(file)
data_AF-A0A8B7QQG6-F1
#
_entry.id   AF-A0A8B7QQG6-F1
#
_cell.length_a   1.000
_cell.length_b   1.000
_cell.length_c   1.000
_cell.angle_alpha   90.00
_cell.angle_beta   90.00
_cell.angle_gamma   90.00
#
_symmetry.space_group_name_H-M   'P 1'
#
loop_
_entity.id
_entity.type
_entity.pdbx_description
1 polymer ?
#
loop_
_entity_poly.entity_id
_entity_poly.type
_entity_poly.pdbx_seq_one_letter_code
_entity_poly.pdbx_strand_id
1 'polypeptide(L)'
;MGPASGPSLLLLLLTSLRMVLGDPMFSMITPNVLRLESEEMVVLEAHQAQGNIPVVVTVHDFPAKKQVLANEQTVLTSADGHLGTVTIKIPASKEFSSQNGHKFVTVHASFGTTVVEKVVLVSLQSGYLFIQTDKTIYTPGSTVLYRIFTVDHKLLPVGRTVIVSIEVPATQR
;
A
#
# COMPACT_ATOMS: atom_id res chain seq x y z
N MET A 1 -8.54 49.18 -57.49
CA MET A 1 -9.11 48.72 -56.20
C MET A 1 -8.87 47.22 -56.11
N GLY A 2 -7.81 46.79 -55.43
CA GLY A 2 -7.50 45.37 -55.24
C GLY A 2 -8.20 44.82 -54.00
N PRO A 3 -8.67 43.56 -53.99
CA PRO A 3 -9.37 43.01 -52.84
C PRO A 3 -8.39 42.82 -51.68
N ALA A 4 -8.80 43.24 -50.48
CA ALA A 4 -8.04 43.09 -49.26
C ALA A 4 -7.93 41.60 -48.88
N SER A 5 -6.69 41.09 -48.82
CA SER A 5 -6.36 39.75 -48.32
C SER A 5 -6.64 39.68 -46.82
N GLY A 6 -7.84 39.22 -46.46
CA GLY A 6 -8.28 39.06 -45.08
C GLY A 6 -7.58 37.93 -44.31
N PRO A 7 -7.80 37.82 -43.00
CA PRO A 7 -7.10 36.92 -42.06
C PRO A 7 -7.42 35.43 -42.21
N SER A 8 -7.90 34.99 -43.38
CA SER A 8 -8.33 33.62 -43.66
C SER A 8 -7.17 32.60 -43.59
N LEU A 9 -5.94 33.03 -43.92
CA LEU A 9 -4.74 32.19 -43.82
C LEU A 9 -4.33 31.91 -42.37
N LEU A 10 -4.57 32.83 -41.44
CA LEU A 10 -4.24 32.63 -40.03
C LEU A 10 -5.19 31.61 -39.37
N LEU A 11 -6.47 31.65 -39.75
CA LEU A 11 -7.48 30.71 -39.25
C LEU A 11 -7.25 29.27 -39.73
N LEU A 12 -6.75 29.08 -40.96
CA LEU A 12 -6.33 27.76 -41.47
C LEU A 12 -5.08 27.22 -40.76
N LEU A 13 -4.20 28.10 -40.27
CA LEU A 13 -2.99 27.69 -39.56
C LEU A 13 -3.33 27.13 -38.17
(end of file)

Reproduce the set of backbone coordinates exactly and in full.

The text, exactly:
data_AF-A0A8B7QQG6-F1
#
_entry.id   AF-A0A8B7QQG6-F1
#
_cell.length_a   1.000
_cell.length_b   1.000
_cell.length_c   1.000
_cell.angle_alpha   90.00
_cell.angle_beta   90.00
_cell.angle_gamma   90.00
#
_symmetry.space_group_name_H-M   'P 1'
#
loop_
_entity.id
_entity.type
_entity.pdbx_description
1 polymer ?
#
loop_
_entity_poly.entity_id
_entity_poly.type
_entity_poly.pdbx_seq_one_letter_code
_entity_poly.pdbx_strand_id
1 'polypeptide(L)'
;MGPASGPSLLLLLLTSLRMVLGDPMFSMITPNVLRLESEEMVVLEAHQAQGNIPVVVTVHDFPAKKQVLANEQTVLTSADGHLGTVTIKIPASKEFSSQNGHKFVTVHASFGTTVVEKVVLVSLQSGYLFIQTDKTIYTPGSTVLYRIFTVDHKLLPVGRTVIVSIEVPATQR
;
A
#
# COMPACT_ATOMS: atom_id res chain seq x y z
N MET A 1 -8.54 49.18 -57.49
CA MET A 1 -9.11 48.72 -56.20
C MET A 1 -8.87 47.22 -56.11
N GLY A 2 -7.81 46.79 -55.43
CA GLY A 2 -7.50 45.37 -55.24
C GLY A 2 -8.20 44.82 -54.00
N PRO A 3 -8.67 43.56 -53.99
CA PRO A 3 -9.37 43.01 -52.84
C PRO A 3 -8.39 42.82 -51.68
N ALA A 4 -8.80 43.24 -50.48
CA ALA A 4 -8.04 43.09 -49.26
C ALA A 4 -7.93 41.60 -48.88
N SER A 5 -6.69 41.09 -48.82
CA SER A 5 -6.36 39.75 -48.32
C SER A 5 -6.64 39.68 -46.82
N GLY A 6 -7.84 39.22 -46.46
CA GLY A 6 -8.28 39.06 -45.08
C GLY A 6 -7.58 37.93 -44.31
N PRO A 7 -7.80 37.82 -43.00
CA PRO A 7 -7.10 36.92 -42.06
C PRO A 7 -7.42 35.43 -42.21
N SER A 8 -7.90 34.99 -43.38
CA SER A 8 -8.33 33.62 -43.66
C SER A 8 -7.17 32.60 -43.59
N LEU A 9 -5.94 33.03 -43.92
CA LEU A 9 -4.74 32.19 -43.82
C LEU A 9 -4.33 31.91 -42.37
N LEU A 10 -4.57 32.83 -41.44
CA LEU A 10 -4.24 32.63 -40.03
C LEU A 10 -5.19 31.61 -39.37
N LEU A 11 -6.47 31.65 -39.75
CA LEU A 11 -7.48 30.71 -39.25
C LEU A 11 -7.25 29.27 -39.73
N LEU A 12 -6.75 29.08 -40.96
CA LEU A 12 -6.33 27.76 -41.47
C LEU A 12 -5.08 27.22 -40.76
N LEU A 13 -4.20 28.10 -40.27
CA LEU A 13 -2.99 27.69 -39.56
C LEU A 13 -3.33 27.13 -38.17